6 Reasons Why You Are Still Smoking Today Smoking is often a vicious cycle of starting, stopping and starting again. If either of you smoke, it’s time to stop—but first you need to learn how. BY BRIAN KEELAN
Before you put down that final cigarette, it will help if you learn why you're smoking to help stop from picking up the next one.
“ Learning how to quit smoking is not rocket science. It's a matter of learning what you need to do, doing the work and then making it happen.”
Every smoker wishes they were an ex-smoker… at least every smoker I've ever met. Sadly for most of them, those wishes will never come true. The reason for that is simple: They don't know how to do it and they probably aren't aware that quitting smoking is a learnable skill.
When you think about it, learning how to do something before you try to do it is how we accomplish just about everything we have ever done in this life. Yet when it comes to the issue of quitting smoking, I have never heard that approach taken by anybody… except me.
After failing to quit on over 70 different occasions during my 40 years as a smoker, learning how to do it before I tried to do it was the only way that worked for me.
The first step a smoker needs to take in learning how to quit smoking is to understand why you do it. Here are six major reasons why you are smoking today:
1. You are smoking today because… you are addicted to the drug nicotine. You do not smoke to relieve tension. You do not have a "smoking habit." You were not "born to smoke." The only reason you do it is because lighting and smoking a cigarette makes the urge to do it go away, but only for about 48 minutes. Ask yourself this question: If you didn't get regular, overwhelming urges to smoke a cigarette, would you do it?
2. You are smoking today because… you have rationalized doing it. You do this so that you can come to terms with the fact that you are doing something that you know full well makes absolutely no sense whatsoever and is, in fact, extremely dangerous and very expensive. If you didn’t personally deny the real reason you smoke by rationalizing your smoking and coming up with a, "good reason" for smoking, you would be wondering every time you lit a cigarette if this one was "the one," the cigarette of no return, the cigarette that would make an early painful death irreversible. Try rationalizing that.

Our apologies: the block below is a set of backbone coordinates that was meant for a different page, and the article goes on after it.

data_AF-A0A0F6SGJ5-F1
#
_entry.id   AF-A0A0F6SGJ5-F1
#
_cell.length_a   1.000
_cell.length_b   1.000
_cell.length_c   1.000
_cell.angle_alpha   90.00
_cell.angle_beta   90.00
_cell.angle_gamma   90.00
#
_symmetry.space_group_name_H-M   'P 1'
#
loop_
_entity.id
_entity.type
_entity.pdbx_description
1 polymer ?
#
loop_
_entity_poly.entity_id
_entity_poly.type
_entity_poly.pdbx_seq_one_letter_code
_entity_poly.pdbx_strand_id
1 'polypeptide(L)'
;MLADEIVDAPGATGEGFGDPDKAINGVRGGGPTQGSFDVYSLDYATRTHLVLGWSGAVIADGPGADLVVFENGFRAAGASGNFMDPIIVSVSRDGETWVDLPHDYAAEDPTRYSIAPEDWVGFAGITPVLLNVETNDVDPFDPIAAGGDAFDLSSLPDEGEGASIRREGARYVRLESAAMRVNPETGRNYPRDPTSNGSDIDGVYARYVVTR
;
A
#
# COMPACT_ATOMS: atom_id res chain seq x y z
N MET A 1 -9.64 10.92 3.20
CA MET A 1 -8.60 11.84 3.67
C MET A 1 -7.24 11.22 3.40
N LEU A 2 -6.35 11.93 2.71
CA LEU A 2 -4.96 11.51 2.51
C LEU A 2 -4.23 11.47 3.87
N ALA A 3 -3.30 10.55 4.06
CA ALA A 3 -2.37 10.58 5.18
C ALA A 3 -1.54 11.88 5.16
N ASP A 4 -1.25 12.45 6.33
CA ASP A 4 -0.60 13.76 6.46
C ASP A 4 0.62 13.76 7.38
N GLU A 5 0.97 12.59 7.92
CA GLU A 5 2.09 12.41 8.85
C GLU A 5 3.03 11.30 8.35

3. You are smoking today because… the cigarette industry has been successful in "recruiting" you into its ranks. They probably got you at a pretty young age since almost 90% of all smokers start before they turn 19, according to the Center for Disease Control and Prevention. The tobacco industry has done—are still doing—and will continue to do anything and everything they can get away with in order to get you and our kids addicted to nicotine.
4. You are smoking today because… the government wants you to smoke. Now, they have a good reason for doing that. They want your money. They don’t really care what happens to you. If they did, they'd do something about it and stop providing the tobacco industry with new "customers."
5. You are smoking today because… you did not fully understand what would happen to you when you took your first drag. If you had known that you were going to take 7 to 15 years off your life and that there was a 50-50 chance you would die because of it after years of indescribable pain; that you would become addicted to the toughest drug there is to kick and would need to earn hundreds of thousands of dollars to keep your addiction satisfied, you probably never would have taken that first drag. That’s why they had to get you when you were young, just as they get most of their victims. Once you learned what happened when you stuck your hand in the fire, you stopped doing it, unless you were addicted to doing it.
6. You are smoking today because… you do not know how to quit! Like I said at the beginning, if you don't approach quitting smoking as a learnable skill, you will probably never learn how to do it and the odds that you will be able to quit will remain stacked against you.
Learning how to quit smoking is not rocket science. It's a matter of learning what you need to do, doing the work and then making it happen. You may fail—maybe even more than once—but if you learn from that failure and adjust your skill set, you not only can do it, you will do it.
Just picture yourself two months from now: you're not smoking, you've made it through the first two weeks, sure there is still the odd "moment," but they are beginning to fade and they are much less intense and your plan for dealing with them is working. You are winning. You are getting healthy. You are saving money—big time! Just thinking about it feels good doesn't it?
Brian Keelan, quit smoking after smoking over 400,000 cigarettes and failing to quit smoking over 70 times during his 40 year addiction to nicotine. He finally quit smoking forever—over 90,000 cigarettes and $45,000 after-tax dollars ago. He is the author of "How To Quit Smoking and Save Your Life." It is available in e-book form at Amazon Kindle, Smashwords and at iTunes. It is also available as an audiobook at Audible.com and iTunes. For more information please go www.thequitsmokingguy.com.